Recycla’s daughters are going back to school in four weeks (sob) so Recycla knows that shopping for supplies is in her immediate future. But before she and her junior Eco Warriors will step foot into a store to buy anything, they will look carefully at their lists to see what they need and then compare them with the supplies they already have at home.
Both girls already have pencils from last year, so it’s likely that new ones are not needed. They both need colored pencils but instead of buying more, the girls will choose from among the dozens and dozens of colored pencils they already have. And, while the girls used to skew toward cute binders with pictures of kittens and puppies on them, what they do now is reuse plain ones, but add decorations to the front, such as stickers, postcards from trips, and pages from magazines.
Only after figuring out what they have at home and what they need to buy will Recycla and the girls go shopping. Recycla is encouraged by just how many eco options she has found without too much searching and at a variety of stores, including Target, Staples, and Office Depot. Her local eco store also has a display of school supplies that could just about completely outfit her girls for school. Even better, almost everywhere she goes, Recycla has noticed that eco school/office supplies are more reasonably priced than they used to be and often competitive with conventional offerings.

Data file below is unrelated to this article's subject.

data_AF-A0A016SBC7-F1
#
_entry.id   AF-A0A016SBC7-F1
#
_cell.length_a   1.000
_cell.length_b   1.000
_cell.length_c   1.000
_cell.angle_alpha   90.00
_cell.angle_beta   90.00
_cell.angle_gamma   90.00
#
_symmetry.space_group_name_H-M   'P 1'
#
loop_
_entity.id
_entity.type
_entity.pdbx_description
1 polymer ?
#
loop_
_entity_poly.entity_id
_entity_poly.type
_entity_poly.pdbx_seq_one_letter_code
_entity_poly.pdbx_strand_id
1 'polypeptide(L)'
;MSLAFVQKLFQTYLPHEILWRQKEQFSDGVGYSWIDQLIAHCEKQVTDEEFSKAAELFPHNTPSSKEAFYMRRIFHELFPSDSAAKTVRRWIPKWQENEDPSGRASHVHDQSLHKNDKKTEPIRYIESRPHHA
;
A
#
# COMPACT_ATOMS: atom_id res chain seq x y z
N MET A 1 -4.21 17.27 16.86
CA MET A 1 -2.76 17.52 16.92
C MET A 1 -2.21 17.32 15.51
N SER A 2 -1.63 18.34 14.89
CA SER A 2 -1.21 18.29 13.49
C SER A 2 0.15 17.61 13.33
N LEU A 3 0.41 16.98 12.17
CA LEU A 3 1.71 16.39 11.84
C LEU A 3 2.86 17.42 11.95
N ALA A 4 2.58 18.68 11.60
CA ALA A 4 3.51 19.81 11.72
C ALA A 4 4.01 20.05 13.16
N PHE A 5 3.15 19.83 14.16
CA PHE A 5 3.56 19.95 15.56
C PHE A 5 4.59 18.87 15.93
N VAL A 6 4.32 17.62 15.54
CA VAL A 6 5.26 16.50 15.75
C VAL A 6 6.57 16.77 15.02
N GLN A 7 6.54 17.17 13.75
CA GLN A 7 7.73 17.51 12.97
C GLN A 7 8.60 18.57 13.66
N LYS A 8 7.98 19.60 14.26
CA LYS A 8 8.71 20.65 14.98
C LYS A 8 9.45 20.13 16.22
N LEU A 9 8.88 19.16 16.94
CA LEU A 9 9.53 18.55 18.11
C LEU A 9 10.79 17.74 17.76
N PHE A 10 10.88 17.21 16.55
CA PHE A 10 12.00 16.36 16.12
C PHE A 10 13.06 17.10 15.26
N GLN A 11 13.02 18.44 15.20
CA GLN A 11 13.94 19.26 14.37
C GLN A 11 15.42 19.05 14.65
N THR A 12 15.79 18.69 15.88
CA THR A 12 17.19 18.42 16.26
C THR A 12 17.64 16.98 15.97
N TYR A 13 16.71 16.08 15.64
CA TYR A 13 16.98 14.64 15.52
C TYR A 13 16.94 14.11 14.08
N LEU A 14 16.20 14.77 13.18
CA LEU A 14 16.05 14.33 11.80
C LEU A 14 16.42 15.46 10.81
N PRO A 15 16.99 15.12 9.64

However, Recycla must stop for a moment to express a wee bit of frustration with binders. The non-eco binder options in the stores are pretty much all PVC-laden vinyl binders, which is not acceptable to this Eco Warrior. On the other hand, all of the eco options she saw were recycled cardboard, which means that they can be recycled at the end of their lives. Unfortunately, this also means that the binders’ lives will be short, as cardboard just does not hold up very well and rarely lasts the entire school year.
One thing most students need is either a pencil box or a pencil bag. Pencil boxes used to be made of cardboard, but now they’re pretty much all plastic, with occasional metal options. While Recycla hates to buy plastic, it turns out that those boxes are nearly indestructible — her girls each got one in kindergarten that lasted all the way through 4th grade. And, when no longer needed in the classroom, the boxes can either be passed along to another younger student or reused for storage at home. (They’re also great if you’re traveling with kids and need a small container to hold some art supplies or some small toys.)
Now that Recycla’s girls are older, they use pencil bags that have three holes and can be kept in a large binder. Unfortunately, the options are not terribly eco-friendly and the vinyl bags barely last through the school year. Last year, the girls found pencil bags at Target that are made of the same material as backpacks, and they lasted throughout the year and will be reused this year. If the girls do need to replace their pencil bags at some point, Recycla could shop for cloth bags at Etsy, as there are hundreds of cute options there.